Chess or life

Mira Schendel, Untitled, 1985, Photographic reproduction unknown author


Comparison between the novels “Near the wild heart” by Clarice Lispector and “The Queen's Gambit” by Walter Tevis.

This article is dedicated to all women chess players, starting with the great master “by pure chance” Clarice Lispector.

The same muse that inspired Clarice Lispector in Close to the wild heart must have enlightened Walter Tevis in conceiving the novel – and now Netflix miniseries – The Queen's Gambit. The difference is limited to the ambience of the chess tournaments, since, as for the protagonists, Joana and Elizabeth Harmon are twins personifying variations of the same theme: the orphan girl who, through trial and error, discovers herself as an independent and empowered woman in a world patriarchal where recognition, when it exists, can only be earned at the cost of a certain loneliness.

Loneliness, yes, however, not that which concerns passive and resigned spirits; perhaps that is why the word is more appropriate here solitude, meaning voluntary adherence to isolation. After all, neither Beth nor Joana are like the Hollywood heroines who confuse a happy ending with romantic love – an ideal, incidentally, shrewdly deconstructed by Clarice through the mouth of her character when, still a girl, she asks the teacher: “I wanted to know: after is happy what happens? What next?”. Here is the prototype of the woman who, later, will be the inquisitor of marriage as a synonym for happy end of existence itself.

In short, what we have Close to the wild heart e The Queen's Gambit it is the challenge of answering the very current question: what is the value of a woman on the chessboard of the world if, even when she proves to be as powerful as a lady, she can still only exist insofar as she obeys the rules that subordinate her to the king? It seems to me that, in these two works, it is above all about embodying the struggle feminist (in the broadest sense of the term) for the right to exist in front of men who, outside the controlled universe of the 64 scaques, do not know how to deal with the initiative – and sometimes with the daring – of women. Let us look more closely at this bias of the problem.

If we can say that Beth's character from an early age manifests itself in a preference for active moves and counterattacks in the style of the “Sicilian opening”, a favorite of chess players with an aggressive style, we will see a structure of behavior that would explain, for example, Joana's overwhelming maneuver, in the chapter "A vibora", to get pregnant by her ex-husband, Otávio, before abandoning him for good, as if he were a mere sacrificed pawn (here's the definition of "gambit") in order to to contain the threat of his lover Lídia. Everything happens as if, in the interview with her rival, Joana was disputing the initiative by resorting to risky moves and, just like in a decisive game, sacrificing all her pieces because she had nothing left to lose but her own freedom.

The analogy is irresistible, starting with the repressed revolt that moves the Kentucky orphan. Clarice seems to be talking about Beth when she gives us to understand, in the chapter “O dia de Joana”, that her character needs to deal from an early age with “that feeling of restrained strength, ready to erupt violence” in the relationships she has with people. Beth would certainly recognize in these survival moves the same logic without easy solutions of a chess game, as when the mysterious nameless man – the lover chosen to occupy the empty house left by Otávio – abandons the game of affections whose control from the beginning was always in Joana's hands: “She, who had violated that man's soul, filled it with a light whose evil he still did not understand” (cf. the chapter “The departure of men”).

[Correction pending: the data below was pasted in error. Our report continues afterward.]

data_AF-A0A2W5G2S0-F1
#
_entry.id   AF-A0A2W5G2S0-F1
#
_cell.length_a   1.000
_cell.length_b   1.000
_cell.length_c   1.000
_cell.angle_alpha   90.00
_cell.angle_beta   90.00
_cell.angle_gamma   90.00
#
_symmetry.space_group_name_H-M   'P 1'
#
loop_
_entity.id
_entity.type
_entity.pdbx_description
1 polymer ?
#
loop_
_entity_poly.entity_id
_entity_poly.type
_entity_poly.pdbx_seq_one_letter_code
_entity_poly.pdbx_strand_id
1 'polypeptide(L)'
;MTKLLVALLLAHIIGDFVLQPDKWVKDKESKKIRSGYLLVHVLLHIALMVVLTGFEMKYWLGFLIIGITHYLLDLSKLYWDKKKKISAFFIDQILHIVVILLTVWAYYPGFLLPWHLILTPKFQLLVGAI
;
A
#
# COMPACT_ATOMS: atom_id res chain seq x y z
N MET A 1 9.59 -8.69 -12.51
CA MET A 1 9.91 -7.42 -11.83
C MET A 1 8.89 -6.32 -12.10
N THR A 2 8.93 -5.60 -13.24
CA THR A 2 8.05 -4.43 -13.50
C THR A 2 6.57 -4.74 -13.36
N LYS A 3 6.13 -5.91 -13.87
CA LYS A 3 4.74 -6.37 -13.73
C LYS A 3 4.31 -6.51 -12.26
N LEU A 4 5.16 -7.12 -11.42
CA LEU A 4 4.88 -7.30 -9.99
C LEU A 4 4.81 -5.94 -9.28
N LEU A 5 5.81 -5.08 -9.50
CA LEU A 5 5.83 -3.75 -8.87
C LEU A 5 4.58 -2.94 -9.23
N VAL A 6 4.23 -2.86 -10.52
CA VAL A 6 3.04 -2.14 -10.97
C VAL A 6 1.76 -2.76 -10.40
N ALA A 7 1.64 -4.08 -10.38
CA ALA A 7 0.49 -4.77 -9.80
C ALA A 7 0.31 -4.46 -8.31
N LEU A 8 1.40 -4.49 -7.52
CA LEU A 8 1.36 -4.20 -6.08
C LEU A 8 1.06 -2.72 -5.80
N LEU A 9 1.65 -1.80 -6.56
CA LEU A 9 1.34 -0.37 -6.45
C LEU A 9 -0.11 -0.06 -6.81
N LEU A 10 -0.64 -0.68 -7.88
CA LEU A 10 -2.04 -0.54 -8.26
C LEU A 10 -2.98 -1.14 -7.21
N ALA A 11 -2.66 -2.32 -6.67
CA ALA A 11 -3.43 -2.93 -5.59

In schematic lines, the parallelism between Beth and Joana regarding the relationships involving male characters can be postulated as follows: in both narratives, there is an arc that goes from lonely childhood, marked by the older man who teaches about life and death as a mysterious oracle, until reaching maturity, whose figuration is given by the escape of the lover after he realizes he is incapable of controlling the emancipated woman. Such a game of mirrors is somewhat reminiscent of the symmetry of black and white chess pieces.

On the one hand, the teacher who teases Joana with philosophical lessons at boarding school, and on the other, the orphanage caretaker, Mr. Shaibel (in the series played by Bill Camp in a decisive supporting role reminiscent of Burgess Meredith in Rocky), which teaches the girl lessons on how to lose sportingly at chess. Similarly, we have those who might be called training loves: the mysterious, nameless man, with whom Joana gets involved after separating from Otávio and who helps her discover her independence, resembles the young champion, Benny Watts, who, even with wounded pride, accepts being the “second” of Beth in order to help his former chess-playing lover in the final match against Borgov.

In both cases, we see unorthodox relationships that do not last “until death do us part”, thus contrasting with the conventional marriage model desired by Lídia or by the leader of the “Apple Pi” teen club. In addition, both Joana and Beth approach figures that, from a psychoanalytical point of view, can be seen as archetypes of the father, but not to be imagined as protectors, but, pragmatically speaking, as supports for personal development, because it is thanks to absence of the father figure, present only in the person of his substitute, that the adolescent's maturation and empowerment takes place, who needs to survive on her own.

With regard to the psychological construction of the characters (and this is what interests me), the question concerns the formation of a semantic field of the characters' discourse where the words loneliness e freedom can be understood in a complementary way, and not as if they were antagonistic terms. We see this linguistic elaboration in the words that Joana uses to disqualify the marriage: “not even the freedom to be unhappy is preserved because someone else is dragged along with it” (ch. “Lídia”).